Livingston writes about it, as does Windhorst, how no Cavalier responded when Z got decked by Rasheed Wallace.
The passive response to Wallace is indicative of the Cavs’ non-threatening personality. In the game itself, a 12-point Detroit win, Ilgauskas made the only reprisal, knocking Wallace to the floor in the second quarter as Wallace shot a jumper.
It would have been unthinkable for a playoff-bound team’s second-leading scorer to be mugged in years past without retaliation. But so much has changed today. Players share agents, they play in the Olympics or in All-Star Games together, they are all getting rich. It’s like the PGA Tour, only without Tiger Woods on the scene.The John Stockton/Karl Malone Jazz or the Michael Jordan/Scottie Pippen Bulls would never have allowed such an incident to go without reprisal. Same with the “Bad Boys” Pistons. They were rough, but they had each other’s back.
When I saw the incident atthe end of halftime, I decided not to write about it hurriedly, on deadline. The Cavs’ failure to support Ilgauskas was a bigger issue in the game. But in the days that have passed, I have become more convinced that it said bad things about the state of the game, the Cavs and their cornerstone player.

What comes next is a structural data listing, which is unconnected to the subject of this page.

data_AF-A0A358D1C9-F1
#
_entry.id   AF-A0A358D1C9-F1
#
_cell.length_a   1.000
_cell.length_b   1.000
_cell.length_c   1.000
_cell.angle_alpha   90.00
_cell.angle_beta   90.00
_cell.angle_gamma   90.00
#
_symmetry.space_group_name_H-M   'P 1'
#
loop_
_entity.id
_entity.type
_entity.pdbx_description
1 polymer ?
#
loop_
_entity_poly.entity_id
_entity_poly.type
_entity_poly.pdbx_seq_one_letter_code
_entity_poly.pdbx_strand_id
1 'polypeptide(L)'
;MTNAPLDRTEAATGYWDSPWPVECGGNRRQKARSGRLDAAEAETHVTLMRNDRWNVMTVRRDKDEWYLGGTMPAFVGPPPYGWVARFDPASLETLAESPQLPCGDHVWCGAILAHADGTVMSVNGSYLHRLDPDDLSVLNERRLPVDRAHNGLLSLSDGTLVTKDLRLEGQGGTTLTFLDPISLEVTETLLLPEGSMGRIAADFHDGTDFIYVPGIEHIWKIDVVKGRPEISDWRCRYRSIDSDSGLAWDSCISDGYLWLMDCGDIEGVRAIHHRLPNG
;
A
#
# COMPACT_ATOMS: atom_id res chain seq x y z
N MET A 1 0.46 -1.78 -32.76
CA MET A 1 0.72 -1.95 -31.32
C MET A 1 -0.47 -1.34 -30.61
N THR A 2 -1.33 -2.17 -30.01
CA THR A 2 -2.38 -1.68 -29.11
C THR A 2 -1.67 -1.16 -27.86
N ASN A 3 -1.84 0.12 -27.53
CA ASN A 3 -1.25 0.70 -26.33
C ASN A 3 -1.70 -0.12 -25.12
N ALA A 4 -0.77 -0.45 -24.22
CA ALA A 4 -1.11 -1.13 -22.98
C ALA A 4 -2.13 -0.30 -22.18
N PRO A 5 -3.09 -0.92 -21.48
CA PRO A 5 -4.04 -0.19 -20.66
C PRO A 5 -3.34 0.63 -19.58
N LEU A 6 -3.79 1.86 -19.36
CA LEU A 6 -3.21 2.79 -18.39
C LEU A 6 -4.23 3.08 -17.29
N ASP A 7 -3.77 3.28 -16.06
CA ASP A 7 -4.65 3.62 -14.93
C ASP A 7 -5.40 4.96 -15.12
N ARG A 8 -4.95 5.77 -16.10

James is an excellent player, but he wants everybody to like him.
t would be interesting to see if Kobe Bryant, Isiah Thomas, Larry Bird or Charles Barkley felt that way. Bill Walton said he never hugged opponents before games. He would be so worked up that he could barely stand to look at the opposition.
The James-Wallace fraternization wasn’t a small thing. It ran counter to the values James so often exemplifies on the court.
A team sport is supposed to make you feel you are part of something bigger than yourself.
It is also supposed to develop loyalty. James has to set the tone on the floor and off, particularly when the game’s subtext is about not being bullied.
This is a problem with the entire team, not just James. Someone should have gotten Z's back, end of story. And someone should also be getting him the ball. Z is an all star caliber center. He can score on almost anybody. Every game starts out the same: the Cavs start out force feeding Z, to establish him. It works, the Cavs go up. I've seen a lot of games were Z will have 8-10 points in the first quarter and finish with 17 for the game. The Cavs lack focus.
Some will complain that Z doesn't pass the ball enough. I'd probably agree with that. However, I'd rather be seeing Z force a shot down low (which might send him to the line) than see Drew Gooden take a 15 foot fade-away, Damon Jones take another timid jumper or Snow take any shot at all.
It's a two way street, if you don't receive the ball alot, you tend to put it up whenever possible. But then you shoot all the time and you're teammates don't want to pass you the ball.
Z needs to be involved the entire game, and as weird as it sounds, so does LeBron. The Cavs can go a 5 minutes without those 2 guys taking a shot (watch the Cavs-Kings fourth quarter) and because neither is really all that vocal, they don't demand the ball.
I'm not kinda rambling, but lets sum this up: LeBron and Z should take most of the Cavs shots. They need to feed Z all game long, not just the first quarter.